Dan Collins, managing editor of Futures magazine, discusses the criteria they use to judge CTAs in their annual review and how investors can learn to evaluate them.
My guest today is Dan Collins from Futures magazine, and their October issue is talking about CTAs, an annual issue they do, so Dan, talk about the October issue, and how you judge CTAs.
Well, we do our hot new CTAs, it’s the 24th year, I think, we’ve been doing it, and it’s evolution. Judging CTAs, it’s difficult. I started out with performance, but you see who’s doing well, but that’s not the only judge because you really have to look at performance based on risk and kind of look at their standard deviation, look at their worst drawdown, it’s kind of interesting because you can find someone who made maybe 13% who actually has a better risk adjusted return than somebody who’s maybe up 50-60 taking on a lot of risk.
So, how do you choose a commodity trading advisor; what should an investor be looking for?
Well, one, they should be looking at what they’re looking to do with their portfolio, if they’re diversifying their portfolio, and they need to understand the level of risk that they’re comfortable with. I don’t think low-risk CTAs are necessarily better, what’s important is that you understand what they’re doing; the risk levels they’re taking, but you’re looking at solid performance. As a journalist, and I think this would work really well for an investor I really look at someone who can explain what they’re doing because if I talk to somebody for a half hour or 45 minutes, and I still don’t have a really good handle on their trading, it raises the red flag with me.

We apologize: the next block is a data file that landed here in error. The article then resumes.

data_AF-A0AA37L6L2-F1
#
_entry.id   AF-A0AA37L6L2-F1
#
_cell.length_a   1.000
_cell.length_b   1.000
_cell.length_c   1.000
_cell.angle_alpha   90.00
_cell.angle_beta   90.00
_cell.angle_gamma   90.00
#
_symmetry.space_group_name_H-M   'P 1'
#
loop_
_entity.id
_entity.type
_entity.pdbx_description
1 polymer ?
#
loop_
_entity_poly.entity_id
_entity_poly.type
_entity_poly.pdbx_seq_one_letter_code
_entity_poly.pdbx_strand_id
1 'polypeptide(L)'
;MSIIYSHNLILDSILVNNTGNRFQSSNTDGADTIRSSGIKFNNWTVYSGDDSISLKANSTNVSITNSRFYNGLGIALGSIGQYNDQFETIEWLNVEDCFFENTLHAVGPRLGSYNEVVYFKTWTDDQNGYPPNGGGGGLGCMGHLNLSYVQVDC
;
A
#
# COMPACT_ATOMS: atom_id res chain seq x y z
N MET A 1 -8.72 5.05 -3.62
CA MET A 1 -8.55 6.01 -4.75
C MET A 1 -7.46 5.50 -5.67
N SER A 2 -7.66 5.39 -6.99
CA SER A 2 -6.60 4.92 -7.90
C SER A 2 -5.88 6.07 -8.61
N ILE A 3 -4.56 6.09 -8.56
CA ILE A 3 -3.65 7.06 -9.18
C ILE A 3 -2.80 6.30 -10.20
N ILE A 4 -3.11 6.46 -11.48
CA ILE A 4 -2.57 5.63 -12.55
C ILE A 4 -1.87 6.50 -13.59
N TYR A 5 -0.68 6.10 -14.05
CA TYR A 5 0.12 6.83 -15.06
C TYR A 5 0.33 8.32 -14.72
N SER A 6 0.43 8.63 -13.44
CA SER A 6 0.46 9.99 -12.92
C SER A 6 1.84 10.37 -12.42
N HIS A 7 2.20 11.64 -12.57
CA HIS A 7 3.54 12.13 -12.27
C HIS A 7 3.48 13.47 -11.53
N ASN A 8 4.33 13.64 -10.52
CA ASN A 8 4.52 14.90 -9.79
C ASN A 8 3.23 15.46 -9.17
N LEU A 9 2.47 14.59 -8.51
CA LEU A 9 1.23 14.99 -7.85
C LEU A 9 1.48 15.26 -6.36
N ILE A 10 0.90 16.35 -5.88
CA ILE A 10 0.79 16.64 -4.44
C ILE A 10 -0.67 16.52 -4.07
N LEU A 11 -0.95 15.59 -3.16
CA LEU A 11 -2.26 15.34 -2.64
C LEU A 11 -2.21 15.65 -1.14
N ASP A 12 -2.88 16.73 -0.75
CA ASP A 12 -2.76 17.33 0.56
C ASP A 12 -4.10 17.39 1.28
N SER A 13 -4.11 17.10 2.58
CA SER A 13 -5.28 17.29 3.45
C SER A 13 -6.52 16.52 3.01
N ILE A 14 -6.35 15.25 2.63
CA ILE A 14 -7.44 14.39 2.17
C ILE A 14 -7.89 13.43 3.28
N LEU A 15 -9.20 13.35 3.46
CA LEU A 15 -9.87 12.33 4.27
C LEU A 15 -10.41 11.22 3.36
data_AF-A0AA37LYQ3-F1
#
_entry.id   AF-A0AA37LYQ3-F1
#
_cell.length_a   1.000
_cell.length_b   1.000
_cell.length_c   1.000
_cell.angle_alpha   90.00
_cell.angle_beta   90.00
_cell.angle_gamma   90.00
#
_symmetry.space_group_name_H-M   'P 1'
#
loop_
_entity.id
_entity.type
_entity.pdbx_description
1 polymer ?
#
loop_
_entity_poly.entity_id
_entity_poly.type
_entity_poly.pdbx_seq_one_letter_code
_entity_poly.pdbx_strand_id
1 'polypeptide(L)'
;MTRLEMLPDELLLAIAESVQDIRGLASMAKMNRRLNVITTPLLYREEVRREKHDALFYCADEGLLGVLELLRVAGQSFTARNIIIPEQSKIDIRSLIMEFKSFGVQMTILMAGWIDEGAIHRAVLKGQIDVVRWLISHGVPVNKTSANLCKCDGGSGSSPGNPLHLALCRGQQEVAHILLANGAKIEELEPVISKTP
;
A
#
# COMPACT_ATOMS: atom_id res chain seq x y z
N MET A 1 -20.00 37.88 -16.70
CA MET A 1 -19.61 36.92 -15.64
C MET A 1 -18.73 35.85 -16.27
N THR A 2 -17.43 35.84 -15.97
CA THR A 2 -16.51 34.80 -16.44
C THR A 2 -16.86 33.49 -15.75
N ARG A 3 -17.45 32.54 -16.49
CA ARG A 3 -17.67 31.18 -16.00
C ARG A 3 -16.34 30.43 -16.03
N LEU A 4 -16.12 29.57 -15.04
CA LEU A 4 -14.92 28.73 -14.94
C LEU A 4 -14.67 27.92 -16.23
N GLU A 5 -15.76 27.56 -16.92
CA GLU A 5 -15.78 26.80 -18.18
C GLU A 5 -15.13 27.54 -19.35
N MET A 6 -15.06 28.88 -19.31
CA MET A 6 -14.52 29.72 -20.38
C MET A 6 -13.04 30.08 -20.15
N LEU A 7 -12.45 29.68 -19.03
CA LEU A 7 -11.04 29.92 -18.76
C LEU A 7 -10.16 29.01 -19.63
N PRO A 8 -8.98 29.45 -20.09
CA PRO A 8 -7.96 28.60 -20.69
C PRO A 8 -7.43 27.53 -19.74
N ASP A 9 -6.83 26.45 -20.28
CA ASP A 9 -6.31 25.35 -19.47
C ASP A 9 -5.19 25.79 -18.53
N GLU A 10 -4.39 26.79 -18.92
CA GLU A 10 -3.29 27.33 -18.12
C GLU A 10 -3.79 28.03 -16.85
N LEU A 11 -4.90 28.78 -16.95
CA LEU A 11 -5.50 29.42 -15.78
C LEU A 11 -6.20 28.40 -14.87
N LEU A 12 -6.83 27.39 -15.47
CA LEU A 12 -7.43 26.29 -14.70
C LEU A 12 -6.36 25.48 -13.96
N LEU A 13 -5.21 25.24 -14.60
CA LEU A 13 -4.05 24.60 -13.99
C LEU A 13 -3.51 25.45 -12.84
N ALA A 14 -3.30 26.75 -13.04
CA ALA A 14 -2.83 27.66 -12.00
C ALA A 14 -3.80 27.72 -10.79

Now, you mentioned before we started recording here that there was something interesting about this year’s CTAs that they were involved with.
This year’s CTAs; everyone that we’re featuring are option traders, and they’re not only option traders, they do collect premium, but they’re not premium writers. I coined it because our September profile was on option writers that seemed to be in the value category, a volatility value where they’re not simply selling premium, they’re looking to sell premium when it’s high priced and maybe buy it when volatility is high, buy it when it’s low, and that way you kind of balance your returns. The risk of premium sellers is always they look good for a very long period of time and something bad happens, and they blow up. Some of the people that I have profiled had positive performance in 2008, and 2008 was the year that ended a lot of careers of premium sellers because you had the huge spike in volatility and a lot of people lost a lot of money.